There is some hope that Congress may act on streamlining the regulatory burden on grants administration and reporting. The House passed the bipartisan Research and Development Efficiency Act in July that aims to allow researchers to spend more time actually doing science and less time on administrative tasks. This bill is championed by Representative Bucshon (R-IN), the chair of the House’s Science Committee Research Panel. As with everything, the devil is in the details and it is unclear exactly what regulations will be altered if this bill passes the full Congress. For more information on this issue, I highly recommend this Science Magazine piece by David Malakoff.
Action on Climate Change
One of the more disturbing effects of the election for science is the change in leadership in the Senate Committee on the Environment and Public Works. The current Chair is Barbara Boxer (D-CA), a strong supporter of environmental protections. The ranking Republican on the Committee is James Inhofe (R-OK), a climate change skeptic who has literally written a book arguing that position (The Greatest Hoax: How the Global Warming Conspiracy Threatens Your Future). The last time he chaired this committee, Inhofe frequently invited ‘experts‘ with dubious qualifications to argue against action on climate change. The scientific evidence is overwhelming that man-made climate change is occurring, the only controversy is how severe the effects will be and how much we need to curb emissions to prevent the most disastrous effects. Wasting time arguing over whether climate change is occurring will only hurt our country in the long run. To end the post on a slightly lighter note, I’ll leave you with coverage of this issue by the Colbert Report and Last Week Tonight.
Last week a SJSU student from my lab, Anusha Allawala, and I had the opportunity to meet with Congresswoman Zoe Lofgren and a staff member at her San Jose District office. Members of Congress spend the summer recess in their home districts and unless you live near DC this is often the easiest time to meet with them in person. I had no idea how accessible elected officials actually are until this past year. Members of Congress and their staff spend a large portion of their time meeting with and listening to their constituents and this is one way that you can help ensure that the issue you are passionate about is on their radar. To set up this meeting I emailed the staffer in charge of scheduling (you can find this online or ask your professional society’s advocacy office for help). Even though I waited until early August when her schedule was already full to request the meeting, I was offered a cancellation spot and was still able to get a 20 minute meeting.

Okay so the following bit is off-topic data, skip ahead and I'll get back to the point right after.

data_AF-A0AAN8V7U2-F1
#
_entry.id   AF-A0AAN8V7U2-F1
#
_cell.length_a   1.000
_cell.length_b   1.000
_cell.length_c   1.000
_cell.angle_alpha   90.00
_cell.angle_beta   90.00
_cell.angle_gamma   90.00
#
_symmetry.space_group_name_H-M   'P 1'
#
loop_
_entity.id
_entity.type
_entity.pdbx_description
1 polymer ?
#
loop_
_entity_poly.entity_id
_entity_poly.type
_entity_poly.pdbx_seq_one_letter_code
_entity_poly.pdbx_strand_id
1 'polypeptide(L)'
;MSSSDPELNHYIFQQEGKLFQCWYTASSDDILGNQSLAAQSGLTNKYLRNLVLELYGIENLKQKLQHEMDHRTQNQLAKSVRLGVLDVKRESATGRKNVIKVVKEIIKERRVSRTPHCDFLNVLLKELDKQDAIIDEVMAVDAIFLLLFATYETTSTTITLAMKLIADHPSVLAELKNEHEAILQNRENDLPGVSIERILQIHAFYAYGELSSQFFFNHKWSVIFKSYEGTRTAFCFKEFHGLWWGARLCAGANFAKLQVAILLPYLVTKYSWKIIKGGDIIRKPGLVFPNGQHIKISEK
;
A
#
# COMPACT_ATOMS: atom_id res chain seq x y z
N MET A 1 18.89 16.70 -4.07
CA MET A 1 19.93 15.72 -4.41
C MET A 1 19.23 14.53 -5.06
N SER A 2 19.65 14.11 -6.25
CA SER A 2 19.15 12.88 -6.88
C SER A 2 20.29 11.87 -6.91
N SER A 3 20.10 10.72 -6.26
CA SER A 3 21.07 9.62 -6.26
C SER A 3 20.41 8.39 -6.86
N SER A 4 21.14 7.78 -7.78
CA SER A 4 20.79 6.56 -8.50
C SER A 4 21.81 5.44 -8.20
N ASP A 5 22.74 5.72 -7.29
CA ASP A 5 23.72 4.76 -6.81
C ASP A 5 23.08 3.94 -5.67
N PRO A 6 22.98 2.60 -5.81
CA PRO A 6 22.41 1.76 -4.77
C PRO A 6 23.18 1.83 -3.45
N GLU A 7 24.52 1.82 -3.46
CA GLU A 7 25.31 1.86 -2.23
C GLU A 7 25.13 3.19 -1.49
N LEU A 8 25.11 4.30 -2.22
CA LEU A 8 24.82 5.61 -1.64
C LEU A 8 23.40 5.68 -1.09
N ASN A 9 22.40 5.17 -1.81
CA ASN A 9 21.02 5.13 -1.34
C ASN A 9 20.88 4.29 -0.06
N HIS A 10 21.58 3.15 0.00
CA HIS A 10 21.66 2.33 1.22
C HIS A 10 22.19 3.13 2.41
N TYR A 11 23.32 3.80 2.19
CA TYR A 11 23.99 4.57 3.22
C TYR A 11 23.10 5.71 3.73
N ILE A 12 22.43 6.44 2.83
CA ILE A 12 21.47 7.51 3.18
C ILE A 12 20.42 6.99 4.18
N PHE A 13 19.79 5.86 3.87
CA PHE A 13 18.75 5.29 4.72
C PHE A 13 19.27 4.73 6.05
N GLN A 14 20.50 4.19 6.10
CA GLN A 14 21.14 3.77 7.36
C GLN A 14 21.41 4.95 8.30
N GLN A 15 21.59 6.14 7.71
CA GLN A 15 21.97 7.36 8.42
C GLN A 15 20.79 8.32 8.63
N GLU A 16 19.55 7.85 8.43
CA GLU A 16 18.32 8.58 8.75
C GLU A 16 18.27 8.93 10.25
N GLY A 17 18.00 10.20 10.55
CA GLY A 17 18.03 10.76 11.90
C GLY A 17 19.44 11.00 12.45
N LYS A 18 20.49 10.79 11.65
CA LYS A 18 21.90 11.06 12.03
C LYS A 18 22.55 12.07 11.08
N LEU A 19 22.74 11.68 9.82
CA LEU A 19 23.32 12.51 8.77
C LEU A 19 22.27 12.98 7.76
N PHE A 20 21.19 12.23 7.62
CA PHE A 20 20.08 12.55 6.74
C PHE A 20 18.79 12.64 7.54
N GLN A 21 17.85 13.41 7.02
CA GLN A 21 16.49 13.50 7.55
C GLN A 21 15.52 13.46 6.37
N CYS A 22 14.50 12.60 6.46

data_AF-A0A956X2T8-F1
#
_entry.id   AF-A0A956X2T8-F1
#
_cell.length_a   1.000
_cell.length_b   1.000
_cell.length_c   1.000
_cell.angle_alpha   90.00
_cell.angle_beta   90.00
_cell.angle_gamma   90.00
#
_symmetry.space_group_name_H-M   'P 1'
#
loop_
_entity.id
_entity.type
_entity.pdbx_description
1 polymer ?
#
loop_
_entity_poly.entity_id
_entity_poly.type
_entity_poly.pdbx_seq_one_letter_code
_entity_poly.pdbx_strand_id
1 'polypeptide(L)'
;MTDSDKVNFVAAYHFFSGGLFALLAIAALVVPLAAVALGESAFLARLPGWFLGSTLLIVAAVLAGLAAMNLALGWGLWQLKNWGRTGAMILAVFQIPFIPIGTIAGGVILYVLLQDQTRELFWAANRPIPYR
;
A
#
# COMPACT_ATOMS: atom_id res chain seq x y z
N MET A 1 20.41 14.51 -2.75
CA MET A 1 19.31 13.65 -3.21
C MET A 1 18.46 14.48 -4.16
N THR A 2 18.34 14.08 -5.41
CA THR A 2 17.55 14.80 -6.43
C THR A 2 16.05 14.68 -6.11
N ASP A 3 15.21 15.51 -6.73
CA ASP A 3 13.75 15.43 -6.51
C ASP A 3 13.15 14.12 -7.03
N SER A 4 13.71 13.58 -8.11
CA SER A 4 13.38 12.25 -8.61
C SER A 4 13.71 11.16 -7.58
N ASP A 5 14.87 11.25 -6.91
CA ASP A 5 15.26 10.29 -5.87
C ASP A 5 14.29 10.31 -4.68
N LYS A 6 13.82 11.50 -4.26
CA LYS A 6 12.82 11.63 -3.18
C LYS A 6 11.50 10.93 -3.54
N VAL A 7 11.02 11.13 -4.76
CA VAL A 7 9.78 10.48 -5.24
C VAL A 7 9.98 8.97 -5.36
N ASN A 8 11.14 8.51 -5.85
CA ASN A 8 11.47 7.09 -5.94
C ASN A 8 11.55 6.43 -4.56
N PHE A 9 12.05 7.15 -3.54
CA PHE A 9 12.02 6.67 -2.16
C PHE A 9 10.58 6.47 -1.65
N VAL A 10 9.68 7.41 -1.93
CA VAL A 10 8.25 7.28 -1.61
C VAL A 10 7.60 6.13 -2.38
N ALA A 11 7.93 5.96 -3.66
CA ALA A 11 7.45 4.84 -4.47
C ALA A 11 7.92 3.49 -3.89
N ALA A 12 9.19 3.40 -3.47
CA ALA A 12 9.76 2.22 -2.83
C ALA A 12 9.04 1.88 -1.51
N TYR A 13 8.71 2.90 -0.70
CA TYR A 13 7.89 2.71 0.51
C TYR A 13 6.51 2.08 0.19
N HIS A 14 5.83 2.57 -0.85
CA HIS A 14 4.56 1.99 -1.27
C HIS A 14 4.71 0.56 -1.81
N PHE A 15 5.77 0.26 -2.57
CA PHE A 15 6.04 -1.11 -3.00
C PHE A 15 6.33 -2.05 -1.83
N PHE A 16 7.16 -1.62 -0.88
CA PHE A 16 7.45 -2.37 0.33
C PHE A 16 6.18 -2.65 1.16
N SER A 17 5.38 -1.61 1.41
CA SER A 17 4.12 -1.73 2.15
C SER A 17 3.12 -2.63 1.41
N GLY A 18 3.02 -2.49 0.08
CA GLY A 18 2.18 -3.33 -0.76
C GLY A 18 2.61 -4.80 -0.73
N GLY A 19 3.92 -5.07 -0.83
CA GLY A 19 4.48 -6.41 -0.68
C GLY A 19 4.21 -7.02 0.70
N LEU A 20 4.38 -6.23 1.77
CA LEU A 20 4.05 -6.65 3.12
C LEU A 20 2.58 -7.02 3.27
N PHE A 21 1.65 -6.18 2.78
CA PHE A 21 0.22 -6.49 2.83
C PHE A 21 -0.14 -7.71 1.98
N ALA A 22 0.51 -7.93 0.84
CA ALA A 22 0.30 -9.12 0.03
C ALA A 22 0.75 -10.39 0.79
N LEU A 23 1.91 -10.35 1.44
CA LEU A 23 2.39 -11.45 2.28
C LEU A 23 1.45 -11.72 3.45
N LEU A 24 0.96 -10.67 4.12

Katie Wilkinson, Representative Lofgren, and Anusha Allawala
Here are 3 reasons why you should meet with your elected officials:
1) You can give your elected officials a personal story to illustrate the effect of policies in Washington.
It is human nature to relate more easily to an individual’s tragedy than dry numbers. The decrease in science funding has had tremendous effects across the board, but you can help your elected officials understand what it means in their district. I asked Anusha to join the meeting because she is currently supported by the US Department of Education’s McNair Scholars Program, which provides mentorship and funding to low income first generation college students and/or students from underrepresented groups interested in PhD programs. In the past few years the budget for this program, and many similar programs, has been cut drastically. Now McNair Scholars can only receive one year of support instead of two and there is no budget for research supplies. Anusha was able to tell the Congresswoman how important this program has been in helping prepare her for graduate school, especially since she is a recent immigrant and first generation college student. As Congresswoman Lofgren was also a first generation college student you could tell that she really connected with Anusha’s story and the importance of these federally funded training programs. Perhaps Anusha’s story (or yours) will end up in a speech someday.
2) You can thank your elected official for their support of your issue and encourage their continued support.
In the Bay Area, we are lucky to be represented by people who understand the value of science funding and typically support increased levels of funding. I was told that one of the reasons I was offered first chance at the cancellation spot was that Representative Lofgren is very supportive of science and especially women in science. Even though the Congresswoman has signed Dear Colleague letters in support of increased NIH and NSF funding this year it is still important to make sure that she is thanked for her support and reminded that science funding is valued by constituents and institutions in her district. If your elected official is not in support of your issue, an in person meeting has the potential to change their mind.
3) You can offer yourself as a resource to make sure that accurate science is used in making public policy.
In my preparation for the meeting I learned that Representative Lofgren introduced the Zs to As Act in 1998 that would have pushed high school start times later to align with what we know about the adolescent circadian rhythm (sadly the bill never passed). This is a great example of public policy based on science and at our meeting Representative Lofgren told us she had consulted with sleep specialists at Stanford while she was drafting the bill. Scientists are in the perfect position to offer their expertise or network of knowledgeable colleagues to help develop scientifically sound public policy. Most professional societies have an advocacy office that can help you put your elected officials in contact with relevant experts.
Hopefully now you are convinced to set up a meeting with your members of Congress. Please feel free to contact me if you have any questions about logistics.